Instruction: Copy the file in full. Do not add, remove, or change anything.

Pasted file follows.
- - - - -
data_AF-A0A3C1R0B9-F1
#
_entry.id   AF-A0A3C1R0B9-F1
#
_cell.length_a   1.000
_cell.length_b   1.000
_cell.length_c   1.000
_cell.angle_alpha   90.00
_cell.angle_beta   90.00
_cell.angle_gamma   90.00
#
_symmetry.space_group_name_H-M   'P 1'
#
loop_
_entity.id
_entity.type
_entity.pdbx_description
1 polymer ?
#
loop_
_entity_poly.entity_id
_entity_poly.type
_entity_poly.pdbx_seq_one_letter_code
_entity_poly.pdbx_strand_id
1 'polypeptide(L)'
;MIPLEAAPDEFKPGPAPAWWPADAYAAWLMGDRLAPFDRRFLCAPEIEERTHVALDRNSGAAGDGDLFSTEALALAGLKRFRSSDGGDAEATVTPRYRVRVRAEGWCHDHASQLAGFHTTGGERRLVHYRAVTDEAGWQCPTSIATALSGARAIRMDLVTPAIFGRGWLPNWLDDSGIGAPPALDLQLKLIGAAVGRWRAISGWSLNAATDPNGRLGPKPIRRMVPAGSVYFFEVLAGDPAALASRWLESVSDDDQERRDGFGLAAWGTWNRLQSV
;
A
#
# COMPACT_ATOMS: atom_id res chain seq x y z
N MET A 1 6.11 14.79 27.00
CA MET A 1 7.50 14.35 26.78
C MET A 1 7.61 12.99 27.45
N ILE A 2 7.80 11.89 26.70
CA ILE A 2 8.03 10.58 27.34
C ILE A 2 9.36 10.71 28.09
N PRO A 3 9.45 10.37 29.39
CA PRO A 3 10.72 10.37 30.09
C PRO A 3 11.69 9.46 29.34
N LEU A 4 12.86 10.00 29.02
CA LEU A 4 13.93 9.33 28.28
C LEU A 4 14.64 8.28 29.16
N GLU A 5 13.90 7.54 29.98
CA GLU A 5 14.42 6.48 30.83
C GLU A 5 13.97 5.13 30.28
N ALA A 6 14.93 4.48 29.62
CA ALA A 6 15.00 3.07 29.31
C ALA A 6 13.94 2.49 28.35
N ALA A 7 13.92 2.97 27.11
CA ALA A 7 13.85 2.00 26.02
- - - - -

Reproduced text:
data_AF-A0A3C1R0B9-F1
#
_entry.id   AF-A0A3C1R0B9-F1
#
_cell.length_a   1.000
_cell.length_b   1.000
_cell.length_c   1.000
_cell.angle_alpha   90.00
_cell.angle_beta   90.00
_cell.angle_gamma   90.00
#
_symmetry.space_group_name_H-M   'P 1'
#
loop_
_entity.id
_entity.type
_entity.pdbx_description
1 polymer ?
#
loop_
_entity_poly.entity_id
_entity_poly.type
_entity_poly.pdbx_seq_one_letter_code
_entity_poly.pdbx_strand_id
1 'polypeptide(L)'
;MIPLEAAPDEFKPGPAPAWWPADAYAAWLMGDRLAPFDRRFLCAPEIEERTHVALDRNSGAAGDGDLFSTEALALAGLKRFRSSDGGDAEATVTPRYRVRVRAEGWCHDHASQLAGFHTTGGERRLVHYRAVTDEAGWQCPTSIATALSGARAIRMDLVTPAIFGRGWLPNWLDDSGIGAPPALDLQLKLIGAAVGRWRAISGWSLNAATDPNGRLGPKPIRRMVPAGSVYFFEVLAGDPAALASRWLESVSDDDQERRDGFGLAAWGTWNRLQSV
;
A
#
# COMPACT_ATOMS: atom_id res chain seq x y z
N MET A 1 6.11 14.79 27.00
CA MET A 1 7.50 14.35 26.78
C MET A 1 7.61 12.99 27.45
N ILE A 2 7.80 11.89 26.70
CA ILE A 2 8.03 10.58 27.34
C ILE A 2 9.36 10.71 28.09
N PRO A 3 9.45 10.37 29.39
CA PRO A 3 10.72 10.37 30.09
C PRO A 3 11.69 9.46 29.34
N LEU A 4 12.86 10.00 29.02
CA LEU A 4 13.93 9.33 28.28
C LEU A 4 14.64 8.28 29.16
N GLU A 5 13.90 7.54 29.98
CA GLU A 5 14.42 6.48 30.83
C GLU A 5 13.97 5.13 30.28
N ALA A 6 14.93 4.48 29.62
CA ALA A 6 15.00 3.07 29.31
C ALA A 6 13.94 2.49 28.35
N ALA A 7 13.92 2.97 27.11
CA ALA A 7 13.85 2.00 26.02